The Dow Jones industrial average closed above 16,000 Thursday for the first time, a milestone that experts said illustrates the health of corporate America and investor portfolios even as the country as a whole still struggles to recover from the recession.
The world's most closely watched indicator of blue-chip stocks has more than doubled since bottoming out at 6,547.05 on March 9, 2009, during the worst economic downturn since the Great Depression.
The Dow, a price-weighted average of 30 stocks such as General Electric, Exxon and Microsoft, first touched 16,000 during trading on Monday but closed below that mark until Thursday.
Thursday's close was 16,009.99, up 109.17 points, or 0.69 percent. Another closely watched market benchmark, the Standard & Poor's 500 index, rose 0.81 percent to 1,795.85.
Analysts attributed the surge Thursday mostly to a U.S. Labor Department report that 21,000 fewer people applied for unemployment benefits last week, a strong sign for the U.S. job market.
The Dow is up about 22 percent this year, despite worries that the Federal Reserve may cut back on its stimulus of the economy.
For many Long Islanders, the rise in stocks boosts the values of 401(k) nest eggs and other personal holdings, providing a paper increase in wealth and a psychological boost that could help loosen consumer purse strings as the year's busiest retail shopping period is about to begin.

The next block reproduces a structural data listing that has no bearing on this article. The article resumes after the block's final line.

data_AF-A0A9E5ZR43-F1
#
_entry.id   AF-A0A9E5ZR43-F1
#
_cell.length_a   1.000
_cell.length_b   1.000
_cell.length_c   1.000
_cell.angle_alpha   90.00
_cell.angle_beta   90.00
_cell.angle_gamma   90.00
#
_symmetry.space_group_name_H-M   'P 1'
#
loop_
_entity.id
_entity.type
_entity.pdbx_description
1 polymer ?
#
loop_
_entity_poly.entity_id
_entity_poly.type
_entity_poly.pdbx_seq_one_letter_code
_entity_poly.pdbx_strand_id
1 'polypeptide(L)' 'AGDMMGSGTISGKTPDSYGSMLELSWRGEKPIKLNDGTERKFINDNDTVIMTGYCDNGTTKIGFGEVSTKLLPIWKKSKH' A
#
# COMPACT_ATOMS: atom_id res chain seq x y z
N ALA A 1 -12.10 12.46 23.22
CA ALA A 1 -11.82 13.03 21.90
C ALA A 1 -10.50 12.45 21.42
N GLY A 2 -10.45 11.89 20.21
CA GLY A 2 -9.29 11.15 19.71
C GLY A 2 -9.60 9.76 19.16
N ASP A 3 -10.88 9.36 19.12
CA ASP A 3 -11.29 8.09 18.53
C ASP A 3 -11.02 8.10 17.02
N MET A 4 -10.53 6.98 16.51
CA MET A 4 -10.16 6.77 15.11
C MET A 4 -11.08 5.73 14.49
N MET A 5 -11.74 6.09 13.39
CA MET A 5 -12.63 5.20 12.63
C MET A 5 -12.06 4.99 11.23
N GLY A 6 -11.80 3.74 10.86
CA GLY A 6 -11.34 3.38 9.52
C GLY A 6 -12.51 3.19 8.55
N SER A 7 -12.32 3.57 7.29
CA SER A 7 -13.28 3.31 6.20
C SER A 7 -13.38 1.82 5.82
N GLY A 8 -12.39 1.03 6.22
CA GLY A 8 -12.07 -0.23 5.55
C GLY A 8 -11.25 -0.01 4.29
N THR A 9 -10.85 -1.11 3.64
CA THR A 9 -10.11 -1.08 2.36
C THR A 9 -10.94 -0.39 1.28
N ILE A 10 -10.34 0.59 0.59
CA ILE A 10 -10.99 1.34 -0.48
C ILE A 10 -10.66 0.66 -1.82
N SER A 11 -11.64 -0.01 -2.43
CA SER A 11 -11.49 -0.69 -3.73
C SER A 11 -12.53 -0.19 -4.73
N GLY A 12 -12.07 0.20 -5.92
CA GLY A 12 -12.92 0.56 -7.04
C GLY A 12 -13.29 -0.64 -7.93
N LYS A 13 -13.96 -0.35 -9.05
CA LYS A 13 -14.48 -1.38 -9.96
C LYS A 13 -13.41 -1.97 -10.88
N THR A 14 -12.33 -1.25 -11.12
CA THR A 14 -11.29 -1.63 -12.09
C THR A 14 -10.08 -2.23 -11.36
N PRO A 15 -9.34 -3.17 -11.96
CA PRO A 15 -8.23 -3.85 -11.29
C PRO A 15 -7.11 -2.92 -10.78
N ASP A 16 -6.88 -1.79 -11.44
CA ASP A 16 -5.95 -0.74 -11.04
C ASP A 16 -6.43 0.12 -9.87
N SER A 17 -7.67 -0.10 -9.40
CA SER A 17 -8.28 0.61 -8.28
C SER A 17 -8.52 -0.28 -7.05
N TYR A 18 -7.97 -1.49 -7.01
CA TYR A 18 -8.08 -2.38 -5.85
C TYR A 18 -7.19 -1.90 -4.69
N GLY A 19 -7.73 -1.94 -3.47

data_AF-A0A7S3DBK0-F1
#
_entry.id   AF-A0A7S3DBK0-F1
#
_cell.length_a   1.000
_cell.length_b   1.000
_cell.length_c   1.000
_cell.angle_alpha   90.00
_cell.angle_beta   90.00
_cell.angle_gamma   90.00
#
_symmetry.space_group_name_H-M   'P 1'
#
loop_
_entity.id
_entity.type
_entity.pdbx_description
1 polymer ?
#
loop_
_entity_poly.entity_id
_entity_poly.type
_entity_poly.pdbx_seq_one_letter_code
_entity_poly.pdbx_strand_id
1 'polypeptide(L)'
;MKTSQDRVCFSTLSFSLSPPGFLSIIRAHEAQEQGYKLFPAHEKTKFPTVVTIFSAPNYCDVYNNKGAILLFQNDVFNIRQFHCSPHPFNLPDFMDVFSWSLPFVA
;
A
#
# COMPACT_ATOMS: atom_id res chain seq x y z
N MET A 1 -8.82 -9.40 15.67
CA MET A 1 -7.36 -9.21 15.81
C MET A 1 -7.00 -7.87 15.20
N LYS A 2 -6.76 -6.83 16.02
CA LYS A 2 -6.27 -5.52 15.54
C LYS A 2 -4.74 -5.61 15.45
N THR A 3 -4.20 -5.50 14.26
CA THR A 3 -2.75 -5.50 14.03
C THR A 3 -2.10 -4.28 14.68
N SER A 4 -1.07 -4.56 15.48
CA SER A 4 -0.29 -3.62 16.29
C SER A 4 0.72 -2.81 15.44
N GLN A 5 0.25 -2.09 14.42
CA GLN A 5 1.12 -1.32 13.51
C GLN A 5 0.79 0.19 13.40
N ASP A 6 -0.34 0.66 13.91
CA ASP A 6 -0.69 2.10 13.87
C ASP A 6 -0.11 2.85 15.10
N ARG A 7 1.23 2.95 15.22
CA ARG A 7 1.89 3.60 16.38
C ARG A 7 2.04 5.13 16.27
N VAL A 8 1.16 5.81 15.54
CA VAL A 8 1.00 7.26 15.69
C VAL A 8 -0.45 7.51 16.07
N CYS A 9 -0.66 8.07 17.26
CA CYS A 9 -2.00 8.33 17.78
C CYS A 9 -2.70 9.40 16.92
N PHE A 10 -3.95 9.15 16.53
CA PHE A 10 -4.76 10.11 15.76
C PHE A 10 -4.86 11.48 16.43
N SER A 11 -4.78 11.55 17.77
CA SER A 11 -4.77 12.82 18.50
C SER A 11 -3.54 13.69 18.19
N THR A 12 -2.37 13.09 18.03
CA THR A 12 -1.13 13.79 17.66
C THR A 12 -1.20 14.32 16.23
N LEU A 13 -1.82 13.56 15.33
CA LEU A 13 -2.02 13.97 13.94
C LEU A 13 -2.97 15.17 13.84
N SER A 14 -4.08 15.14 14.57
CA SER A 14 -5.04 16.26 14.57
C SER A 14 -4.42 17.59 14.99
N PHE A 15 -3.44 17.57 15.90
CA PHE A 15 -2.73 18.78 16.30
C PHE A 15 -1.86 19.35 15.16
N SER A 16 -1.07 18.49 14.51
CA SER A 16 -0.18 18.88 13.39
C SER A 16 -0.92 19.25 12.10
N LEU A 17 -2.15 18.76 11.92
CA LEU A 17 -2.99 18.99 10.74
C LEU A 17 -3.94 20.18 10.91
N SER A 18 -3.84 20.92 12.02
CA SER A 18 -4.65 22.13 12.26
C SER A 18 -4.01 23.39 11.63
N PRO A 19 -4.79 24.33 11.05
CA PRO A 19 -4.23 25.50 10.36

Long Islanders, more affluent as a group than average Americans, are more likely to be invested in the market, said John A. Rizzo, chief economist of the Long Island Association, the region's largest business group: "There will be quite a few people benefiting from the stock market rally."
But some Long Islanders are being left out of the recovery.
Federal Reserve Bank of New York researchers said in a report last month that "employment [on Long Island] remains depressed in high-paying sectors like manufacturing, finance and government, while much of the new job creation has been in lower-paying industries like private education, and leisure and hospitality."
Mitchell O. Goldberg, president of the investment firm ClientFirst Strategy Inc. in Dix Hills, said, "There really are two economies." One, he said, reflects a still-weak job market, slow wage growth and consumer uncertainty.
The "other economy" reflects high corporate profits and government statistics that show steady economic improvement. "Money managers look at these statistics to guide their sentiments regarding stocks," Goldberg said.
The stock market's surge "reflects how well the corporate sector is doing," said Irwin Kellner, the Port Washington-based chief economist for MarketWatch, a financial news website. "Yet the average worker's salary has gone nowhere."
Some investors -- including billionaire Carl Icahn, in comments earlier this week -- have expressed concern that the soaring market is ripe for a big decline.
Some Island financial advisers interviewed in recent days, however, suggested that investors who are in the market for the long term hold their positions, arguing that many stocks still have room to rise.
Denise Nostrom, president of Diversified Financial Solutions in Medford, said, "I think there's still a lot of legs left in the market."
With news service reports